Cyclone Fani has crashed into eastern coast of India as a grade 5 storm, replete with heavy rain and winds gusting to 205 kilometers per hour.
The storm hit the coast of the state of Odisha early Friday.
More than 100 million people are in the path of the cyclone.
Authorities say more than 1 million people in the low-lying coastal areas have heeded government warnings and evacuated. Authorities plan to move thousands more.
Cyclone tracker Tropical Storm Risk rated Fani as a category 4 storm, a notch below the worst level.
Total destruction is what Fani is capable of inflicting, according to some forecasters.
Meteorologists have warned people who live in thatched roof houses to seek sturdier accommodations. Fani is also expected to uproot power and communications poles.
Communities away from the coast are bracing for heavy flooding. Rainfall of 20 to 25 centimeters (8 to 10 inches) is expected over a widespread area.
Fani has intensified significantly over the past couple of days, prompting the India Meteorological Department (IMD) to refer to it as an extremely severe cyclonic storm.
Its effects were felt on Mount Everest, where climbers and guides descended to lower camps, and the government issued a warning for heavy snow.
Officials have asked tourists to leave the coastal city of Puri, home to the 13th century Konarak Temple that is a UNESCO World Heritage Site, and the Jagganath Temple, one of the most holy in Hinduism.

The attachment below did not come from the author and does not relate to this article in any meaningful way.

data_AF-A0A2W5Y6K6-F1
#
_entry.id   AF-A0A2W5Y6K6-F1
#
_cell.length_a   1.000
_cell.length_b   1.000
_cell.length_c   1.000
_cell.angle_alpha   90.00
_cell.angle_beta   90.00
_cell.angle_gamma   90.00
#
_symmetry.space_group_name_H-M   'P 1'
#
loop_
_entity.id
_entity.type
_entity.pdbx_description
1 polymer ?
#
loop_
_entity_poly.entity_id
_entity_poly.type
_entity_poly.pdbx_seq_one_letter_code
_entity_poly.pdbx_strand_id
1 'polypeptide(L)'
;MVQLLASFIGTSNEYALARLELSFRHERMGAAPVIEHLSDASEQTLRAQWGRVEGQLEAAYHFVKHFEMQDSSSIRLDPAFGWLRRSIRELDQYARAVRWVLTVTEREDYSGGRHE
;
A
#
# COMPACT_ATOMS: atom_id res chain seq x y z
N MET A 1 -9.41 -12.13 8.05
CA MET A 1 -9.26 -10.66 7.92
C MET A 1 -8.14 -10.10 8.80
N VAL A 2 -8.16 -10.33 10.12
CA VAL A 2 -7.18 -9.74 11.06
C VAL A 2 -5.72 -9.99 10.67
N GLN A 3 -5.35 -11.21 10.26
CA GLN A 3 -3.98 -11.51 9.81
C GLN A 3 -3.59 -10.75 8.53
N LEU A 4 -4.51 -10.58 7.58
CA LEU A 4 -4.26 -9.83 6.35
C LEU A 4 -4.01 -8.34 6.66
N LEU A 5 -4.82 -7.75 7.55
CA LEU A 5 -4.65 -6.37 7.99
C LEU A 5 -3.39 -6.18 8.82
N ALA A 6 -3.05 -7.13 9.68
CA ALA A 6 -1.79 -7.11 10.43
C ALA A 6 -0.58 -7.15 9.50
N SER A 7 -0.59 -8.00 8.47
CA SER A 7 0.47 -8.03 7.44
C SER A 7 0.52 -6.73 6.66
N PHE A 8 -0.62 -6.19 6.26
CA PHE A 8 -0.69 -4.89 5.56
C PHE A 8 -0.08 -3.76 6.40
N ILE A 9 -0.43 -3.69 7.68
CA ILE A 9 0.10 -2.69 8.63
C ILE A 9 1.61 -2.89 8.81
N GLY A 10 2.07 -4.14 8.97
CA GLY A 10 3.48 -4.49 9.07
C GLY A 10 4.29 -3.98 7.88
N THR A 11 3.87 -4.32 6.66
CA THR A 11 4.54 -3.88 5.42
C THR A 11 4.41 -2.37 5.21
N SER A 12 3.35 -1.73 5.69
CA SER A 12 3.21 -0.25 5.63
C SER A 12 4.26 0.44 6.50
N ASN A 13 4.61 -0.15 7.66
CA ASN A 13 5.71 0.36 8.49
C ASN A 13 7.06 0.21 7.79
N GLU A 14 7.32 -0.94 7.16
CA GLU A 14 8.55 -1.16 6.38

Two major eastern ports, Paradip and Visakhapatnam, have been ordered to move ships out to sea to avoid damage. Flights have been canceled from midnight Thursday at the airport in Odisha’s capital, Bhubaneshwar, and for Kolkata Airport from 9:30 p.m. Friday, according to India’s Ministry of Civil Aviation.
Bangladesh expects the storm to arrive there later Friday.
s Eastern India is no stranger to deadly storms. In 1999, a supercyclone hit Odisha, killing more than 10,000 people. Four years later, the toll was significantly lower when Cyclone Phailin hit the state. Because of improved forecasting and evacuation system, more than 1.3 million people were moved out of harm’s way, resulting in a few dozen deaths, rather than thousands.
On Tuesday, Fani became the strongest storm in the north Indian Ocean this early in the season, passing Cyclone Nargis, which killed more than 100,000 people in Myanmar in 2008.
The north Indian Ocean cyclone season doesn’t have a defined start and end like the Atlantic hurricane season. Instead, it has two main periods of activity: late April to early June, and October to November.
Fani is the first cyclone of the 2019 season.
Source: Voice of America